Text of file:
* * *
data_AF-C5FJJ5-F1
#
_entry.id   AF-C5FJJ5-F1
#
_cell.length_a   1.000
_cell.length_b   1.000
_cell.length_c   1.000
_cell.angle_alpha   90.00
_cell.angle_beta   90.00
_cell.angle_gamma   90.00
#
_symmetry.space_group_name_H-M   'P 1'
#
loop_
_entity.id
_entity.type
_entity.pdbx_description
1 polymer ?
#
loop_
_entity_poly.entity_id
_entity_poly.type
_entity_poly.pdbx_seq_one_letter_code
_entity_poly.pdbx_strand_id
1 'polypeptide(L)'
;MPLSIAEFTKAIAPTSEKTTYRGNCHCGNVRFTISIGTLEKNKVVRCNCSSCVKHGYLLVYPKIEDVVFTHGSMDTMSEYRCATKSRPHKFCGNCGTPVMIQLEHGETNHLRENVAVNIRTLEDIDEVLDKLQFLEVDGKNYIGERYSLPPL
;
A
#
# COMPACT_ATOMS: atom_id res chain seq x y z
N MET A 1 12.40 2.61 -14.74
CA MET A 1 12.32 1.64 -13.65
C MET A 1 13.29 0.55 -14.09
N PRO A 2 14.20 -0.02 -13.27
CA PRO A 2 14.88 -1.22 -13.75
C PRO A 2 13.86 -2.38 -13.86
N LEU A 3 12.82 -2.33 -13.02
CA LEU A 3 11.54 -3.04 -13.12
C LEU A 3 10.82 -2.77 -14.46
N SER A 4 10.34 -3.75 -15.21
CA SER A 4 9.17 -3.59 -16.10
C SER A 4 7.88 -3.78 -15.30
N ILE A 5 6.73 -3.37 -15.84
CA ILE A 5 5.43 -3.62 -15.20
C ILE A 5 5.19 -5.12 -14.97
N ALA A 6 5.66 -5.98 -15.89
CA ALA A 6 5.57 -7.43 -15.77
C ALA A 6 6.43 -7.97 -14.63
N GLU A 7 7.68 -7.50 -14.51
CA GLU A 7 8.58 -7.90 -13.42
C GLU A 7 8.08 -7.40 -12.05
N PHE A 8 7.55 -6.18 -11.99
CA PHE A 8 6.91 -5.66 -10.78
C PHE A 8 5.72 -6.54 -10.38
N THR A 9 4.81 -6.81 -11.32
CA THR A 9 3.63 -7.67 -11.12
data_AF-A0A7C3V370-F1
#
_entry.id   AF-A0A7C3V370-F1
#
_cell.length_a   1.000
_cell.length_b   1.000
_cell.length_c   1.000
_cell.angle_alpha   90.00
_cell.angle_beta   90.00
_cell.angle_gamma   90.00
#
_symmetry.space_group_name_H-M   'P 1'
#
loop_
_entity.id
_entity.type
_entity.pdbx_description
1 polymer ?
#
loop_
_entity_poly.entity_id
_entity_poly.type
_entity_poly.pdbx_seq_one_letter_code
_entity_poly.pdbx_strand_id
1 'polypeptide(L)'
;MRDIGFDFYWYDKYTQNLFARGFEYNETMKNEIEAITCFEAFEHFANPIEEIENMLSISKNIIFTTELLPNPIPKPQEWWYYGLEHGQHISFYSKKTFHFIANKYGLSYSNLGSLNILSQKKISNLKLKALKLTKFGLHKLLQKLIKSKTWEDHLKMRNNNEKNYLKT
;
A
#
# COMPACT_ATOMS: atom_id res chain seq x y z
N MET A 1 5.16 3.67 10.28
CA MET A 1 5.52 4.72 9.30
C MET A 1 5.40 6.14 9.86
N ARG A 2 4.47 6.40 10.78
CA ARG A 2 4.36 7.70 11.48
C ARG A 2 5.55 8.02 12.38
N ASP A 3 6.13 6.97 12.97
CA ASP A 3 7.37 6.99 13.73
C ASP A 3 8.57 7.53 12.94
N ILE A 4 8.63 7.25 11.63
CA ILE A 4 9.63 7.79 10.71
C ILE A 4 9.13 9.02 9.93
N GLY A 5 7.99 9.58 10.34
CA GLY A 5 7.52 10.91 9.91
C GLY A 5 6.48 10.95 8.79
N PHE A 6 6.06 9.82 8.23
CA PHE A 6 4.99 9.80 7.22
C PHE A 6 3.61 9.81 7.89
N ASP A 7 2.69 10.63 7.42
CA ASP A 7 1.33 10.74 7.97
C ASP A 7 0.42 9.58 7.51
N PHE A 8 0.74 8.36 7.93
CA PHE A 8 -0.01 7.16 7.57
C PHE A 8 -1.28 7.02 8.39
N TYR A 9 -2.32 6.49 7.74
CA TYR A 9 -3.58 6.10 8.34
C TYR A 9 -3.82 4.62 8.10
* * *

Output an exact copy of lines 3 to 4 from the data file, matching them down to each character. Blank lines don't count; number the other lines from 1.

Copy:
_entry.id   AF-C5FJJ5-F1
#